Nine NYPD officers have died by suicide since January, seven since June. Our city is grieving right now. Our police officers serve and protect us, and it is incumbent upon every New Yorker to do all we can to support them.
I am proud that in this heart wrenching time, the Office of Thrive NYC has provided critical support to the NYPD. We have worked closely with police leadership to help the Department shape its comprehensive suicide prevention strategy. We have brought in national experts to guide this work. We have collaborated to design the executive level training on suicide now underway, as well as the precinct level training that began this week. Over the next month, every Patrol Borough in the City will partner with Thrive to offer Mental Health First Aid training. Thrive will also help train those selected to participate in the Department’s new Peer Support Program. Many other strategies are on the way.
In light of this record of collaboration between Thrive and the NYPD to respond to the suicide crisis, it was particularly troubling to see a minor misunderstanding between my office and a member of City Council blown up into an accusation that Thrive refused to offer mental health training to first responders. Nothing could be further from the truth.
Let me share the facts.
In May, I met with Council Member Borelli and asked him, as I do every elected official, to host a Mental Health First Aid training for his constituents. He proposed a training for first responders. We confirmed that our trainers would be happy to provide specialized training. The Council Member secured a room and we agreed on a date.
Last week, the Council Member’s office shared a flyer they wanted to use to advertise the training. My staff called and suggested that the training, which was open only to first responders, not be advertised to the public — because the public was not invited. The Council Member’s staff got angry, said he no longer wanted to work with Thrive, hung up the phone, and did not return subsequent calls. The next day, the Council Member tweeted an invitation to the training. We therefore assumed it was still on and planned to conduct it. Three days later, without any further contact with Thrive, the Council Member starting pitching news outlets saying we had canceled the training. We had not. A reporter confirmed that the Council Member’s office told the location it was no longer happening.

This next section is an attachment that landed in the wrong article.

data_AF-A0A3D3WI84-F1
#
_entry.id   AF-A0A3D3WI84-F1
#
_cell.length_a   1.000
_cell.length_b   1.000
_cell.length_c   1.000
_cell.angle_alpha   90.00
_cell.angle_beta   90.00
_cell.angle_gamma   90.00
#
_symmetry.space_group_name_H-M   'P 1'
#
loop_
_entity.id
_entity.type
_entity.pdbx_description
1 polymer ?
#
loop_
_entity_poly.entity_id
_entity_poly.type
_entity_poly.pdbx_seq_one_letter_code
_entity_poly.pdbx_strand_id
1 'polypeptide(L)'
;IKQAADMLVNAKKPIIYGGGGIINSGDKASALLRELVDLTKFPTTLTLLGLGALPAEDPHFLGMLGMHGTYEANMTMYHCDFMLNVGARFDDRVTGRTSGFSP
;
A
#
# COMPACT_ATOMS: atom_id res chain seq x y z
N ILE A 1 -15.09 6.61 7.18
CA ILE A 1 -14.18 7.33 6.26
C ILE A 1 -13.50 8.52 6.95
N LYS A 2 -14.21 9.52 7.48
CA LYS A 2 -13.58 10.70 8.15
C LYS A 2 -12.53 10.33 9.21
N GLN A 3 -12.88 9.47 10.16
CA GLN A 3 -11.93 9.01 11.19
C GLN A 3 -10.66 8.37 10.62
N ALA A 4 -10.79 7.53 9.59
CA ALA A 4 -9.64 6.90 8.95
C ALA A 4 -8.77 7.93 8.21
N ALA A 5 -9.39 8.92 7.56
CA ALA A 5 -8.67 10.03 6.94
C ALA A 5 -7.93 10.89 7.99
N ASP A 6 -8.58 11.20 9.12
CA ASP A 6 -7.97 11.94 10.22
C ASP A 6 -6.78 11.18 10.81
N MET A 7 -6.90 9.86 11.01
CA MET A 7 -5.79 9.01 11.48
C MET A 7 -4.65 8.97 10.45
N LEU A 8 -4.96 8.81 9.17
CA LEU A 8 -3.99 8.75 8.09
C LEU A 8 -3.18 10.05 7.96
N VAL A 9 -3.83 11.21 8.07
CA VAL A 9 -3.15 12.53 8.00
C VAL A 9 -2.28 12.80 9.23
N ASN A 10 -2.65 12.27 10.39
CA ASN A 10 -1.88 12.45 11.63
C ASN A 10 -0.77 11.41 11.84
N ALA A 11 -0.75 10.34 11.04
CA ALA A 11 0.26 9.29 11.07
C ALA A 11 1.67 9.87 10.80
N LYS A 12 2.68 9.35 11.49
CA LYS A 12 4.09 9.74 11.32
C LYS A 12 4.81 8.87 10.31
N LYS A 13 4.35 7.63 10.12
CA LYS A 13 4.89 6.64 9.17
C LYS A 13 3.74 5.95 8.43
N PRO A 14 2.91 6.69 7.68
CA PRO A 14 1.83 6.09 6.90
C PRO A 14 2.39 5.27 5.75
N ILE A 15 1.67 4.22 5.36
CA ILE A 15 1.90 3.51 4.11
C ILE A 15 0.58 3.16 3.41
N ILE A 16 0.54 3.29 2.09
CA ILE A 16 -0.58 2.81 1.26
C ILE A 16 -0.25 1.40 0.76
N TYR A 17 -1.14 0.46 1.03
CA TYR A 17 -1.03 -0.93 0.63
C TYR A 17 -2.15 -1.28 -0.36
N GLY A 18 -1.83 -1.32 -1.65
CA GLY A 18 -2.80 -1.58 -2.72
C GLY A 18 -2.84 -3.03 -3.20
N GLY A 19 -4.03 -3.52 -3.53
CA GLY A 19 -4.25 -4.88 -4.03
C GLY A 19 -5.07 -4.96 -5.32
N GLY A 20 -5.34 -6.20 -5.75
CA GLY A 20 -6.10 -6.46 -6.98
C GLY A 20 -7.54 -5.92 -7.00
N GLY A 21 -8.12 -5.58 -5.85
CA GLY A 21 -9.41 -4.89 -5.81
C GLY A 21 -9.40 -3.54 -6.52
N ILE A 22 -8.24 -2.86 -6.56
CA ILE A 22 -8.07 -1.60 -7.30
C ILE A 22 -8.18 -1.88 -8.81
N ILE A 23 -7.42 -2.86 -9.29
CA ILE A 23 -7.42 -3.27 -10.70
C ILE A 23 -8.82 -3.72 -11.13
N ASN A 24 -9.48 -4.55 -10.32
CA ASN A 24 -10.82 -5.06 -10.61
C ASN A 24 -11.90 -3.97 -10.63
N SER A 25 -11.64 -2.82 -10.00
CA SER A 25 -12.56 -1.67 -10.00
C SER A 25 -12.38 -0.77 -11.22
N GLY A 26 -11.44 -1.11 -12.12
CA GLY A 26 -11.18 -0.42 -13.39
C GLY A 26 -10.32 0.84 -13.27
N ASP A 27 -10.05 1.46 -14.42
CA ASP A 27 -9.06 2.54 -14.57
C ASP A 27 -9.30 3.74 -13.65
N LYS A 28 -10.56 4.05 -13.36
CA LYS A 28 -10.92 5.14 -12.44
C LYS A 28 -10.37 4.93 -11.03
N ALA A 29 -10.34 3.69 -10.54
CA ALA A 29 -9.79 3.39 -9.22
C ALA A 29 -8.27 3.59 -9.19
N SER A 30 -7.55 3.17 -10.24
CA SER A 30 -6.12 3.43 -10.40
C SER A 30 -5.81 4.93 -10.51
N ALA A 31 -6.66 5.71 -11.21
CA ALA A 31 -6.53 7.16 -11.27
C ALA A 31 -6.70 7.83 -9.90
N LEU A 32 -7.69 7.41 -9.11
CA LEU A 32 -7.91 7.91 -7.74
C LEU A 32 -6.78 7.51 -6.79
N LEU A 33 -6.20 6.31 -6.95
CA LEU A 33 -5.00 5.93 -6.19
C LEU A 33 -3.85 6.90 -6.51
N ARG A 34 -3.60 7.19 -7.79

It’s troubling that such a minor misunderstanding, that could have easily been cleared up with more conversation, has been used to divide the City when we should be united. The implication that Thrive is not working on behalf of law enforcement, particularly in this time of great need, is both false and harmful.
In fact, since its launch, Thrive and the NYPD have been strong partners. For the last three years, we have worked together to enhance the critical role officers play responding to mental health crises, de-escalating tough situations and connecting those in need to care. We invest over $22 million a year in mental health strategies at the NYPD. This investment includes $5.3 million for Crisis Intervention Training, so that officers can recognize the signs of mental health disorders and substance misuse, and better assist people in crisis. Over 13,000 officers have been trained so far. Thrive has also partnered with the NYPD to train over 8,000 staff in Mental Health First Aid and over 3,500 school safety agents in Youth Mental Health First Aid.
Now our work with the NYPD goes beyond training officers in how to assist the public; we are doing everything we can to help officers help each other.
The truth is that Thrive is working across City government to ensure that every New Yorker, including every member of the NYPD, has access to the mental health support they need. Our commitment to the wellbeing of police officers serving our city has been — and will continue to be — unbreakable.
Director, Mayor’s Office of Thrive NYC
Former Deputy Commissioner, Collaborative Policing, NYPD